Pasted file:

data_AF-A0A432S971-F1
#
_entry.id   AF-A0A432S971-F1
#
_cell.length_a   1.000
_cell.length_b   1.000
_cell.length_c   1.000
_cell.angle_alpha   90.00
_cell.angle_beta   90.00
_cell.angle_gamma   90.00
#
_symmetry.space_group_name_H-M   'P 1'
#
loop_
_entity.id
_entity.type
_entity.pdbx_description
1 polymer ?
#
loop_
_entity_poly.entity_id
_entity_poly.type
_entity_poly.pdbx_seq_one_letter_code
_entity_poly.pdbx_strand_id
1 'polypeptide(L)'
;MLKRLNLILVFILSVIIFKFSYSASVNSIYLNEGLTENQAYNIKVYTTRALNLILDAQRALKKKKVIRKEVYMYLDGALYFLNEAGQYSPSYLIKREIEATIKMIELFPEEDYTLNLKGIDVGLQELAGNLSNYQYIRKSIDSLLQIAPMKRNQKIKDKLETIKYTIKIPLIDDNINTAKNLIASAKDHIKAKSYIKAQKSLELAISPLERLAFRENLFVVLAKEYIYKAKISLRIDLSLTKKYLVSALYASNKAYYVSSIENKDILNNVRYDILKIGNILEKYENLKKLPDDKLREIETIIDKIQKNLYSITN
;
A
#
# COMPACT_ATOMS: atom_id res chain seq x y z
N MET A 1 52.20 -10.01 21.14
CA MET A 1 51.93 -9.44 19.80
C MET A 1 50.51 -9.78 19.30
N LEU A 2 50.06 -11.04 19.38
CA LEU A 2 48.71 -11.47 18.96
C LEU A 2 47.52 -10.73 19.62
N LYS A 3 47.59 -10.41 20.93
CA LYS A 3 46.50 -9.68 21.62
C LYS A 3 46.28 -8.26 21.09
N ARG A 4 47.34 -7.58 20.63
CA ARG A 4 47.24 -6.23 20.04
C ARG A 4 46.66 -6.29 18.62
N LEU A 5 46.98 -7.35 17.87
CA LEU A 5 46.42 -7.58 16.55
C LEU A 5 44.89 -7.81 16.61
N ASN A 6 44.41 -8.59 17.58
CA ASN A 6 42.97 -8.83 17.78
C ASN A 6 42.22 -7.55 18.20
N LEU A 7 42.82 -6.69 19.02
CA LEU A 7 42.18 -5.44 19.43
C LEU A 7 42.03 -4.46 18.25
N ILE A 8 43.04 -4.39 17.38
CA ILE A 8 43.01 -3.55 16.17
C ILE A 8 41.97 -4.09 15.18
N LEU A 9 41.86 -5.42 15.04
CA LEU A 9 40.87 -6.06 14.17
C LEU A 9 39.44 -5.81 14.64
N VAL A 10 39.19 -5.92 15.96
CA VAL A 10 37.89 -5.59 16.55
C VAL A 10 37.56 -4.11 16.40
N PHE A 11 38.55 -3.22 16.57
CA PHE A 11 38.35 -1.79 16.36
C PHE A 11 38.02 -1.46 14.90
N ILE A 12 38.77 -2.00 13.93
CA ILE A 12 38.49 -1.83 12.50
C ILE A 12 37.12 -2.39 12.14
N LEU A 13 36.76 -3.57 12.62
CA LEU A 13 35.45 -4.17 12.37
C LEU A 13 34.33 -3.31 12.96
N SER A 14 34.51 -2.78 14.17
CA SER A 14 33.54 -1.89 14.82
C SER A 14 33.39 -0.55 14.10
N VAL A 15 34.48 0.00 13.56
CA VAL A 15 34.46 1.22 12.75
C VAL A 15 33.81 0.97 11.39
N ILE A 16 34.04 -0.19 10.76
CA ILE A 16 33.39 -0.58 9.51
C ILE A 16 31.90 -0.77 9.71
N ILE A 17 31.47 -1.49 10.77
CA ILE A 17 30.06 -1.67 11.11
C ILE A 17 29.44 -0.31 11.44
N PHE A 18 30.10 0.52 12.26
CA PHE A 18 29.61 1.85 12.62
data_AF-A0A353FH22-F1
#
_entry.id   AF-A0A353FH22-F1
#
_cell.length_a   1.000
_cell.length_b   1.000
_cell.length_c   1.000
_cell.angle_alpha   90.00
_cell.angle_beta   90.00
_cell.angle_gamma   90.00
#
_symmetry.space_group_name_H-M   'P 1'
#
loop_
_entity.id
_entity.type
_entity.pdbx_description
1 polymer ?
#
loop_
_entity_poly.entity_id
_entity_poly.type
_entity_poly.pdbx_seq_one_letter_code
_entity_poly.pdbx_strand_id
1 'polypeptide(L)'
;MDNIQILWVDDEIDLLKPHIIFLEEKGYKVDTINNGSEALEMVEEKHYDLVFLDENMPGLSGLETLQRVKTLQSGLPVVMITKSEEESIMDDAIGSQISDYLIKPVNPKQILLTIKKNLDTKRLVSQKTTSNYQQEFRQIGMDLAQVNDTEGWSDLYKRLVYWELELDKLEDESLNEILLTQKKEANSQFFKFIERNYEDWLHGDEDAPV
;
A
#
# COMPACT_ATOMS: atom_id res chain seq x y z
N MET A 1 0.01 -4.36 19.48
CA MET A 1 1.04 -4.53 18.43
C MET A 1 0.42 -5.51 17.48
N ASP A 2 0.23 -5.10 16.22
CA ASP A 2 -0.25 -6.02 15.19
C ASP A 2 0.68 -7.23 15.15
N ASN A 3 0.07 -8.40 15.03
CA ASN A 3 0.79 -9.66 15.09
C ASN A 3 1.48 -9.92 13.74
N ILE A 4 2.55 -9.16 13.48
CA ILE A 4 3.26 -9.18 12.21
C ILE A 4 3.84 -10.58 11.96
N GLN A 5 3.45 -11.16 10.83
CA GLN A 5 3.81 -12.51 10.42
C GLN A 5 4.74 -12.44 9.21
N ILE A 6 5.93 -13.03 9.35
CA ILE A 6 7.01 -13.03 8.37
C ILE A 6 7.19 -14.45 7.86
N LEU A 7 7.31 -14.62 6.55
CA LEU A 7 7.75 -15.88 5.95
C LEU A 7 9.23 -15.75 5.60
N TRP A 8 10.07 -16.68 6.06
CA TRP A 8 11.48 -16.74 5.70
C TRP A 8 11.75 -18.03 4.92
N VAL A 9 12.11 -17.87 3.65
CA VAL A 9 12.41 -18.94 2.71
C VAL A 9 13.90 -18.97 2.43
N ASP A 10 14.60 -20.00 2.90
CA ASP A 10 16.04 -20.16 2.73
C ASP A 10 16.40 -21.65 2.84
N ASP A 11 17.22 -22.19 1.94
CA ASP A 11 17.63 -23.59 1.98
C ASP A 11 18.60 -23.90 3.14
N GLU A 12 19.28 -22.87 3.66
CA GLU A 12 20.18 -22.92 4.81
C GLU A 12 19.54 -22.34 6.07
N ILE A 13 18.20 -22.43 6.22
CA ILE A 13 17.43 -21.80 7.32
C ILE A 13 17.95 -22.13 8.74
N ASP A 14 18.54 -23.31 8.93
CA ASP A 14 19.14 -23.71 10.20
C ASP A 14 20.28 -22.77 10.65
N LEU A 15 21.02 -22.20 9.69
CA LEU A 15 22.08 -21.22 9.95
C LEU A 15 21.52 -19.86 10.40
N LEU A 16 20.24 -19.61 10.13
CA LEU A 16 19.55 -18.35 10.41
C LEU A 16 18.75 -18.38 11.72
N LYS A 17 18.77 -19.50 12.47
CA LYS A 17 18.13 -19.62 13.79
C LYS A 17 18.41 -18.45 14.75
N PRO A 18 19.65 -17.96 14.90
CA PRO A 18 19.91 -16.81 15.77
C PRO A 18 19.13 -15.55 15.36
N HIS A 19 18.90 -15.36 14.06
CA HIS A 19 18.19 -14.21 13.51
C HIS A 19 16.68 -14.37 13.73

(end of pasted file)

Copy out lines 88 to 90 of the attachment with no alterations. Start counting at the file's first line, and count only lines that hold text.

_cell.length_a   1.000
_cell.length_b   1.000
_cell.length_c   1.000